Saturday, December 12, 2015

Rome and the Two Covenants heresy

Recently the Vatican put out a rather long document on the Church and Judaism. In it, we see a rejection of supercession and instead an enshrinement of Judaism as the "elder brother in faith" which is proclaimed as still a wholly valid path to salvation. This idea is alien to the Orthodox Church and, I believe, an alien idea to the Roman Church until very recently. Please do read it here. I am delighted to see a rebuttal of the dual covenant theory by the inestimable Fr. John Hunwicke in a blog post that I have republished below. More on the topic can be found in his blog here.

Lex orandi lex credendi. I have been examining the Two Covenant Dogma: the fashionable error that God's First Covenant, with the Jews, is still fully and salvifically valid, so that the call to saving faith in Christ Jesus is not made to them. The 'New' Covenant, it is claimed, is now only for Gentiles. I want to draw attention at this point to the witness of the post-Conciliar Magisterium of the Church; particularly that of the Liturgia Horarum. Critics who prefer the post-Conciliar Magisterium to that which preceded; who posit a rupture between the two; who hold in high regard the post-Conciliar liturgical dispositions; will be bowled over by this evidence!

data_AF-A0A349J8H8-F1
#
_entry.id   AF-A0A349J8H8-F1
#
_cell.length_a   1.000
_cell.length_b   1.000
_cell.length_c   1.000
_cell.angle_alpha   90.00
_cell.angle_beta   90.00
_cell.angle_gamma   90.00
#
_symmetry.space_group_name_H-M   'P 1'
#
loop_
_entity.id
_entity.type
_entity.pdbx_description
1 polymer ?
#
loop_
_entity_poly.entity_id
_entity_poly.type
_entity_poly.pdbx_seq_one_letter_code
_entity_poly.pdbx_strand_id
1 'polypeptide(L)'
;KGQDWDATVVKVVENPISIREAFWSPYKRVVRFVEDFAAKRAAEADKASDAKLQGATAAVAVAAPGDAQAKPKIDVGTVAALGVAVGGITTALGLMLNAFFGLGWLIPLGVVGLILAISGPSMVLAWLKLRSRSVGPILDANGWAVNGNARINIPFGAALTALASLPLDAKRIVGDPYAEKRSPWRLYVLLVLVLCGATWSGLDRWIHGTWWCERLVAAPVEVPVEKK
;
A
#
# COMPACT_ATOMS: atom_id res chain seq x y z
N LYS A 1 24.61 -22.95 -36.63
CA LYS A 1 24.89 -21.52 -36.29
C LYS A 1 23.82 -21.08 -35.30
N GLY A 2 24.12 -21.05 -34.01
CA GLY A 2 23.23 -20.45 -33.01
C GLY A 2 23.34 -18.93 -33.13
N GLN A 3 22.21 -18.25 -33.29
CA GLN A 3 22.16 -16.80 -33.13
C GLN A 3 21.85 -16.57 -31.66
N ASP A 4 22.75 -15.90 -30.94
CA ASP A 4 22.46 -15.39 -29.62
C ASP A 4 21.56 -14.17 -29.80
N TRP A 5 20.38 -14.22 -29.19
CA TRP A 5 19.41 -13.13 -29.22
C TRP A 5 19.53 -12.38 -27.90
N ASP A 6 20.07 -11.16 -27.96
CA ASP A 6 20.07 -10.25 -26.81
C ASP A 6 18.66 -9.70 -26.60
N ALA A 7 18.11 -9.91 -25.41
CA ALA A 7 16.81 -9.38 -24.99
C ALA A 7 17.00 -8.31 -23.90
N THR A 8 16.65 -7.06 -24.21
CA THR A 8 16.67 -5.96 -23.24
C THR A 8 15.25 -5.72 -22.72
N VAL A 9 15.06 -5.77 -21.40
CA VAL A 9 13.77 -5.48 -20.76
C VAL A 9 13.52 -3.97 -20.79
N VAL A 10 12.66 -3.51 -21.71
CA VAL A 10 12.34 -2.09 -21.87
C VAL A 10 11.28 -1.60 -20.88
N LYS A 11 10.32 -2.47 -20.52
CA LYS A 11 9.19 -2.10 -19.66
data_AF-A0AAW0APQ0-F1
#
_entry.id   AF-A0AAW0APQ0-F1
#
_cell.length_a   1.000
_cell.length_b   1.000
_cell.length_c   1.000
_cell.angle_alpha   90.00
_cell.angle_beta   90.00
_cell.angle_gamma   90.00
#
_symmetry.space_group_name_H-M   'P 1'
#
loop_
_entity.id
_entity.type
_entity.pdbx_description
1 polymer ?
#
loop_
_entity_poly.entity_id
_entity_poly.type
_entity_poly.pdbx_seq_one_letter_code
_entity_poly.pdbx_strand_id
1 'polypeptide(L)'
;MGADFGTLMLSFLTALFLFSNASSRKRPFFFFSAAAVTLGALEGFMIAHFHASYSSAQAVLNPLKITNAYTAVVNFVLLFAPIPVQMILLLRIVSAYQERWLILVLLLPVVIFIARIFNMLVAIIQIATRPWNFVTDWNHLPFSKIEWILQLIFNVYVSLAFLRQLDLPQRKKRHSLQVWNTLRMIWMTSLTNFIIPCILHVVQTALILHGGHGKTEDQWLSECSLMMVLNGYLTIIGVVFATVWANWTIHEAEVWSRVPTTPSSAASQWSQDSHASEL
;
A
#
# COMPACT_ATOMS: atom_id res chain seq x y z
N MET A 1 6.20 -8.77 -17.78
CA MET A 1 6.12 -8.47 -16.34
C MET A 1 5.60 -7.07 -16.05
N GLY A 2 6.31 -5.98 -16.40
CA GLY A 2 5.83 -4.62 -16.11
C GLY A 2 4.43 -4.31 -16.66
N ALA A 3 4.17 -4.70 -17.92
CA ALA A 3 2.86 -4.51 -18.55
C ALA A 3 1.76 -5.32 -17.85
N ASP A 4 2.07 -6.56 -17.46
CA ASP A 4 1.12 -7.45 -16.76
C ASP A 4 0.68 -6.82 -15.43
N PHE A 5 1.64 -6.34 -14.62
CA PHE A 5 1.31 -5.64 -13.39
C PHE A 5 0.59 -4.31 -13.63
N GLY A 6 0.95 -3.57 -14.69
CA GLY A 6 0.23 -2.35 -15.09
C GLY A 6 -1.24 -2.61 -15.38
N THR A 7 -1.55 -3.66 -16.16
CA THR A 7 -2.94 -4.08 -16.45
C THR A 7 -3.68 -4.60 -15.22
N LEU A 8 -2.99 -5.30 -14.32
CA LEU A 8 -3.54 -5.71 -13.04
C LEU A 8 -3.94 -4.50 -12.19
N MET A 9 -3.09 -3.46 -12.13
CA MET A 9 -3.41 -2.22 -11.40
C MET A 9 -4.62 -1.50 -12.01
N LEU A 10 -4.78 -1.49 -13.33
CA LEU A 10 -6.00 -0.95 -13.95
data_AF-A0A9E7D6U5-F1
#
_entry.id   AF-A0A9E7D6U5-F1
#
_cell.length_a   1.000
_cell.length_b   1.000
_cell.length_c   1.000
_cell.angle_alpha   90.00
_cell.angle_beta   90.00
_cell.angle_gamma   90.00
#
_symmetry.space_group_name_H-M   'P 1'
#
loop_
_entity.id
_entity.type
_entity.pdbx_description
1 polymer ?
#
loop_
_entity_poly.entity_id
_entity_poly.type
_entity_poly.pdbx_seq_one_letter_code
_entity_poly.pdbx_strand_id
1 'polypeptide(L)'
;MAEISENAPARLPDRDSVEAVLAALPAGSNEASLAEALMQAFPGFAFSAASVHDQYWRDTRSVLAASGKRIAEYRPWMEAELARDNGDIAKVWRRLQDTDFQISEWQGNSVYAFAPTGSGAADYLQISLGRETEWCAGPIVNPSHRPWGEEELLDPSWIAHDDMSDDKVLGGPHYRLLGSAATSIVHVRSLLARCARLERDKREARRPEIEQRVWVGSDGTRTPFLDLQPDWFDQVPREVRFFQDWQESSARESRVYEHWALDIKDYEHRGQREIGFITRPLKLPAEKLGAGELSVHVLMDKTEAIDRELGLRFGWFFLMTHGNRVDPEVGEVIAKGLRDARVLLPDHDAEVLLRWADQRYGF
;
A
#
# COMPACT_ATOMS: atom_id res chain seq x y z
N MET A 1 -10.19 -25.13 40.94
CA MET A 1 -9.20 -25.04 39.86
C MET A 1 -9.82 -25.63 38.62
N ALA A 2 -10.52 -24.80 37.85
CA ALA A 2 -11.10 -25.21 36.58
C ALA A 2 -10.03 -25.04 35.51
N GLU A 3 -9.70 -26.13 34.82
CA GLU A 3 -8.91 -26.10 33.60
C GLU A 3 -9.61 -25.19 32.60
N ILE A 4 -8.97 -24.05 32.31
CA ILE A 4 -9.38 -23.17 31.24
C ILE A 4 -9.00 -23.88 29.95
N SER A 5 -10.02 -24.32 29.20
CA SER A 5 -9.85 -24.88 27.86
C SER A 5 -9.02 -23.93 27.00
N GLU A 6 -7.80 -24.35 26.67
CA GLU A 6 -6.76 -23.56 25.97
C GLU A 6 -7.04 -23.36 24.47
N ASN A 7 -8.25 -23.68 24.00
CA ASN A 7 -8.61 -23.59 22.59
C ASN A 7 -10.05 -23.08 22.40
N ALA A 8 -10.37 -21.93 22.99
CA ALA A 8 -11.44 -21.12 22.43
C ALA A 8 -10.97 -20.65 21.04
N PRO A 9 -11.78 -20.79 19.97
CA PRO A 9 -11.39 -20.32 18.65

The revisers, you remember, introduced a completely new set of lections to the post-Conciliar Office Book. I suggest that it would be instructive, as you read the LH daily, to make notes every time you catch the patristic lection saying or implying that the Jewish dispensation is superseded. If you had begun to do this last January, you would have made a marginal note against a phrase in the Homily (3) of S Leo which you read on Epiphany Day: "... benedictionem ... qua se filii carnis abdicant ..." [the Blessing of Abraham from which his children by the flesh are excluding themselves]. This is not some set-piece attack upon the Synagogue; S Leo speaks like this quite naturally, and does not need to argue the statement, because 'Supersessionism' is the basic assumed theological substructure of the Faith he shared with the other Fathers. "Intret, intret ..." he goes on: "let the fulness of the Gentiles enter into the family of the Patriarchs and let them, the children of promise, receive the Blessing". (Quite possibly it was S Leo who wrote the Supra quae of the Roman Canon in which we claim Abraham as our Patriarch.)

The following day, S Peter Chrysologus applies to the Jews and Gentiles the Dominical promise that the First will be Last and the Last will be First ... I doubt if he would have approved of a phrase I read somewhere recently that the Jew is the Christian's Elder Brother. A couple of days later, S Proclus of Constantinople says that to both Jews and Gentiles equally God grants salvation through Baptism. Another few days: S Faustus tells us that, "by Christ's working in Galilee, wine is made; that is, the Law recedes, Grace takes its place; the Shadow is removed and Truth is made clear ... the ancient observance is transferred into the New Testament [in novum testamentum observatio vetusta transfertur]".